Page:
Apple Forced to Add Notice About iPhone Slowdown Saga on Italian Homepage

Last year, the Italian Competition Authority hit Apple with a 10 million euro fine over "dishonest commercial practices" related to an iPhone performance management system it introduced in iOS 10.2.1 without informing customers. The antitrust watchdog said the update was a form of planned obsolescence.


As a result of the investigation, Apple has been forced to add a consumer protection notice about these "incorrect" practices on its Italian homepage. The notice, loosely translated below, was spotted by setteBIT on Twitter.

Apple, Apple Distribution International, Apple Italia, and Apple Retail Italia have led consumers in possession of an ‌iPhone‌ 6, ‌iPhone‌ 6 Plus, ‌iPhone‌ 6s Plus, or ‌iPhone‌ 6s Plus to install iOS 10 and subsequent updates without providing adequate information about the impact of that choice on the performance of the smartphones and without offering (in a timely manner) any means of restoring the original functionality of the devices in the event of a proven decrease in performance following the update (such as downgrading or a battery replacement at reasonable costs).

This practice was assessed incorrect, pursuant to Articles 20, 21, 22, and 24 of Legislative Decree No. 206 of the Italian Consumer Code by the Italian Competition Authority.

For those who need a refresher about the ‌iPhone‌ slowdown saga, read our lengthy FAQ. Here's a key excerpt:

Why is Apple slowing down some older ‌iPhone‌ models?

iPhones, like many other consumer electronics, are powered by lithium-ion batteries, which have a limited lifespan. As the battery in your ‌iPhone‌ ages, its ability to hold a charge slowly diminishes.

A chemically aging battery can also have increased impedance, reducing its ability to provide a sudden burst of power when demanded by other components in an ‌iPhone‌, such as the CPU and GPU. A battery's impedance will also temporarily increase when it has a low charge and/or in cold temperatures.

A battery with a high enough impedance may be unable to provide power quickly enough to the ‌iPhone‌ when needed, and Apple safeguards components against the drop in voltage by shutting down the device.

Apple recognized that iPhones unexpectedly shutting down on users is not a good experience, and starting with iOS 10.2.1, it quietly implemented a power management feature to prevent these shutdowns.

Last year, Apple denied any kind of planned obsolescence by flat out stating that it never has and never would do anything to intentionally shorten the life of any Apple product, or degrade the user experience, to drive customer upgrades.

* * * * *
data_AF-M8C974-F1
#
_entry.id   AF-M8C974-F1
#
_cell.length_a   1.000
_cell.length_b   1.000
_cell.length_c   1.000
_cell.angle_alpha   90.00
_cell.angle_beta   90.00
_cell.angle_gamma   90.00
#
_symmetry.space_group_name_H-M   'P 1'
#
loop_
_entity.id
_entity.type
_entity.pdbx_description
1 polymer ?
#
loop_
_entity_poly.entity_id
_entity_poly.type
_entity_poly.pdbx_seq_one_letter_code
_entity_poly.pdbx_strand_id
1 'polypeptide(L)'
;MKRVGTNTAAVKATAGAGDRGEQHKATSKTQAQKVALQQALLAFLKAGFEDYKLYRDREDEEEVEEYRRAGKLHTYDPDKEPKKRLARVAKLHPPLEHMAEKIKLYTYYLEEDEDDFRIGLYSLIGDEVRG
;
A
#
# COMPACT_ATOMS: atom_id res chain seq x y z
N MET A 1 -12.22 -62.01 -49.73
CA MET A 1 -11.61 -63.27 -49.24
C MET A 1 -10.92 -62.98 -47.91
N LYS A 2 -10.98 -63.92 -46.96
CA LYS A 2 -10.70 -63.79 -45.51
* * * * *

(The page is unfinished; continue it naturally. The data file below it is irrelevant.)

We have never — and would never — do anything to intentionally shorten the life of any Apple product, or degrade the user experience to drive customer upgrades. Our goal has always been to create products that our customers love, and making iPhones last as long as possible is an important part of that.

Apple eventually eased concerns by introducing a Battery Health feature in iOS 11.3, with an option to disable the performance management system, and discounting the price of iPhone battery replacements throughout 2018.

Top Rated Comments

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Avatar
20 months ago


iPhones, like many other consumer electronics, are powered by lithium-ion batteries, which have a limited lifespan.

Then why is it not user replaceable?
Score: 18 Votes (Like | Disagree)
Avatar
20 months ago
A better question would have been, why didn't you warn customer before slowing down phones?

While there's nothing wrong with why they slowed iPhones down (and understandable) people would have been happier if warned, AND instructed on how to make it perform great again, instead of led to believe a new phone was the answer.

it quietly implemented a power management feature to prevent these shutdowns.

Understatement of the year!
Score: 17 Votes (Like | Disagree)
Avatar
20 months ago
Tell customers what you're doing and why you're doing it... before you do it. Had Apple done that, this article and the overall problem wouldn't exist. But they didn't. So here we are.

Should have asked for permission instead of forgiveness.;)
Score: 12 Votes (Like | Disagree)
Avatar
20 months ago
Apple: We have never -- and would never -- do anything to intentionally shorten the life of any Apple product, or degrade the user experience to drive customer upgrades.

Also Apple: ...nor did we advise customers that changing the battery would restore performance.

The intent was the same.
Score: 8 Votes (Like | Disagree)
Avatar
20 months ago

We have never — and would never — do anything to intentionally shorten the life of any Apple product

Then why is it that my mid-2009 MacBook pro couldn't run Sierra / High Sierra, yet the MacBook released sometime after with basically identical hardware can...

They also don't offer drivers for my MacBook Pro that are compatible with Windows 10 either...

I know it's old hardware, but at the time they actively decided to stop supporting it even though a similar non-pro version was still actively supported.
Score: 8 Votes (Like | Disagree)
Avatar
20 months ago

Then why is it not user replaceable?

Because Apple is Green and environmentally friendly. There is no reason to throw that perfectly good phone with a bad battery away because it is slow and buy a new phone faster phone with a good battery.
Score: 4 Votes (Like | Disagree)

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